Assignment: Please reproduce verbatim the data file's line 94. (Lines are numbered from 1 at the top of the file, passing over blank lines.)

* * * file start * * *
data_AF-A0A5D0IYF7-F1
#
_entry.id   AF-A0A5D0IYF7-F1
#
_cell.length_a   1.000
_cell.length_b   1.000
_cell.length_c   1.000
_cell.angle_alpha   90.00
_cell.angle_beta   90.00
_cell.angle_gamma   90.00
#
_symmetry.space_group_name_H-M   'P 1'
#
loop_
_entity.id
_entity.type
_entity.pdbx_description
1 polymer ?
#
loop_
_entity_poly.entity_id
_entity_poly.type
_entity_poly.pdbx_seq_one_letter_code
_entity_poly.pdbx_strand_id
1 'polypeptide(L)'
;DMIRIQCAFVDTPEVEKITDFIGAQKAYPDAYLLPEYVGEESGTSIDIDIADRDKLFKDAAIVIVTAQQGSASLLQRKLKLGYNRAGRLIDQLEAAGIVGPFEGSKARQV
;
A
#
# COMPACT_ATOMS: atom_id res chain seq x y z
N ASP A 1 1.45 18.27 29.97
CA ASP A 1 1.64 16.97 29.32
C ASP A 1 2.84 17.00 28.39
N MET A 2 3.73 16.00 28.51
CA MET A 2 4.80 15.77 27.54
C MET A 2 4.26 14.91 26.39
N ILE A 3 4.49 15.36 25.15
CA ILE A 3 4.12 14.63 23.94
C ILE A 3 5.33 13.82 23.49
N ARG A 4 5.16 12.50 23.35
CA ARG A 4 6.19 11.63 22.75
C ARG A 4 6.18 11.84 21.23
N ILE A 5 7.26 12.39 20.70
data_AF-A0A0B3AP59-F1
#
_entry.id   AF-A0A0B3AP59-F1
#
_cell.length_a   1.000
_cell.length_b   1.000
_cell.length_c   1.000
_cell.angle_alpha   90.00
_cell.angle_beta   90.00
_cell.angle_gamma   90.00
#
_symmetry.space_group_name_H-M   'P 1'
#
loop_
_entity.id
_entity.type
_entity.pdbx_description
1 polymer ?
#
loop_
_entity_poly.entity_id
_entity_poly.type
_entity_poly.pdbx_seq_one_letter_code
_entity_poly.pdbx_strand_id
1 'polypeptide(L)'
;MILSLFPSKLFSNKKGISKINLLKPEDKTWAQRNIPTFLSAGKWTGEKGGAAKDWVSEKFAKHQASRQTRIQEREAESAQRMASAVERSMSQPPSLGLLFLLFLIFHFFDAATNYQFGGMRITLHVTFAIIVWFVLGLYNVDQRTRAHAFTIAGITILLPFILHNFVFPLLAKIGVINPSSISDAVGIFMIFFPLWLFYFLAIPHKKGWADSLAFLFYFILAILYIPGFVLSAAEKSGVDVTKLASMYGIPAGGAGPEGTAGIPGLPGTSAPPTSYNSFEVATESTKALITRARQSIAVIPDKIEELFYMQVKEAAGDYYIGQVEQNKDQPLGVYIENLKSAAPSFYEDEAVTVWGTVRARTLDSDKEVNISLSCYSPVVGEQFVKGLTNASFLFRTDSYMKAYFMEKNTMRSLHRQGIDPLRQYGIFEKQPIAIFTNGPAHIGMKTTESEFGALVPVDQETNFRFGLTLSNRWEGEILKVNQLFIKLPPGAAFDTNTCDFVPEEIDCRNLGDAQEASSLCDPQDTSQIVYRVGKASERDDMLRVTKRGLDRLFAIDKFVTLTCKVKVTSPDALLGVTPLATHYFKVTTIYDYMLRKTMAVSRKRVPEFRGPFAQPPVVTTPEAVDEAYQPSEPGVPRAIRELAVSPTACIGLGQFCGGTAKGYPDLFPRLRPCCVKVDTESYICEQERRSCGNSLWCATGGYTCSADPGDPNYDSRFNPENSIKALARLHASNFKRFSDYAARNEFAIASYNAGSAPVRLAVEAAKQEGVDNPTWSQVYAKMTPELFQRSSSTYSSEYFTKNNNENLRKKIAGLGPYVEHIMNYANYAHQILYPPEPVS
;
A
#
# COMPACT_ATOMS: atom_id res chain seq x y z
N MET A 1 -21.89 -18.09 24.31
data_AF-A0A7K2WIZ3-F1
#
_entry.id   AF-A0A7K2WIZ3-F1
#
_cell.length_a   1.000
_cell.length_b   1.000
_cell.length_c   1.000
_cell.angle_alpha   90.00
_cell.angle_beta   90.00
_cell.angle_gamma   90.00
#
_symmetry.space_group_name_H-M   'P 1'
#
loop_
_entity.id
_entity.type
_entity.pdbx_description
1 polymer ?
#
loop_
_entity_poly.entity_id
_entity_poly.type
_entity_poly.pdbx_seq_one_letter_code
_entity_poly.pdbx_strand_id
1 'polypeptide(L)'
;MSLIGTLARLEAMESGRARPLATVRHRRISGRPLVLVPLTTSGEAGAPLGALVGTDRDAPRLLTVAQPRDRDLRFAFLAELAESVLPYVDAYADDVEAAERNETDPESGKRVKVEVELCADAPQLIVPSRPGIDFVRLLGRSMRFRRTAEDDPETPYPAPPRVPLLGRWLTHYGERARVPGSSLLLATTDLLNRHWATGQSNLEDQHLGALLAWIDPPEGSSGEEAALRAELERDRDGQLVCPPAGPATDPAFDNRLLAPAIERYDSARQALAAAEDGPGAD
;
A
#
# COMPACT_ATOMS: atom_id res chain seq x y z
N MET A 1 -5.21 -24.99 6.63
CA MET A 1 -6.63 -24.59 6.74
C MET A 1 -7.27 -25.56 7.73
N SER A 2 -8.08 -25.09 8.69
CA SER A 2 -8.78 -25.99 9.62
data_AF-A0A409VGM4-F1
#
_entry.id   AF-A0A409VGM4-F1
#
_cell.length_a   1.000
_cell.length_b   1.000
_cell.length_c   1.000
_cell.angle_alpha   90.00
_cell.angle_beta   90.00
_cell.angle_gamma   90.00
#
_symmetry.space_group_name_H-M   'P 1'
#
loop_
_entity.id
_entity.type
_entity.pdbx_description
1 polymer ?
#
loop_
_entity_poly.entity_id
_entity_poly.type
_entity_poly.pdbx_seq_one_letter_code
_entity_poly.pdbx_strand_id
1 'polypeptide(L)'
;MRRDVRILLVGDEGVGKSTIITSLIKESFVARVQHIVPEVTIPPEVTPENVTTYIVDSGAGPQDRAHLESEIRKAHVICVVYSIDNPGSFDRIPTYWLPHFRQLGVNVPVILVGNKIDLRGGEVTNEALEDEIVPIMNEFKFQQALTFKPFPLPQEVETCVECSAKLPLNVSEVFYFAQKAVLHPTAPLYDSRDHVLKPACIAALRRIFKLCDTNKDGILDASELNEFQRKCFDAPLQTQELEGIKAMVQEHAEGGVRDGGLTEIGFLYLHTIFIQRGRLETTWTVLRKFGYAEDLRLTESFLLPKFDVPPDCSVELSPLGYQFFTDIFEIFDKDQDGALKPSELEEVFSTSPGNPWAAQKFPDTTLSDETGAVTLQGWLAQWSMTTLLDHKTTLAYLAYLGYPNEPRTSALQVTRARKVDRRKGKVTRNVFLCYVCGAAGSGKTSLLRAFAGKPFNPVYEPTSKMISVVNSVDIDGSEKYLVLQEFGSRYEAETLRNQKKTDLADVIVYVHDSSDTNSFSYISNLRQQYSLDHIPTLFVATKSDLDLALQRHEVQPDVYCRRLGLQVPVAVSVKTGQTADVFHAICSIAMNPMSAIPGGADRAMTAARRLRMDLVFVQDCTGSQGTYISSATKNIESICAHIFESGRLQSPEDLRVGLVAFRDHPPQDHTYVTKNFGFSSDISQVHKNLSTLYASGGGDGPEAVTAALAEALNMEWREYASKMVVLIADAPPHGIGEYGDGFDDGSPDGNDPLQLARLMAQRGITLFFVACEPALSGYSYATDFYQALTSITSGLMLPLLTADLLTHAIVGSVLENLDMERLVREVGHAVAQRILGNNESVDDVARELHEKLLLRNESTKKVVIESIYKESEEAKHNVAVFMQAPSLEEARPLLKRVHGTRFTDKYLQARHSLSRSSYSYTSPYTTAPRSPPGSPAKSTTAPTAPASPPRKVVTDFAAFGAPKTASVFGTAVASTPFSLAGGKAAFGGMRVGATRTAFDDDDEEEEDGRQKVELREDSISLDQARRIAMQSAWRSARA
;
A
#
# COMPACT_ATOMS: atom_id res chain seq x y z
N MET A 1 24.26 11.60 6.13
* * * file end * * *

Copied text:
loop_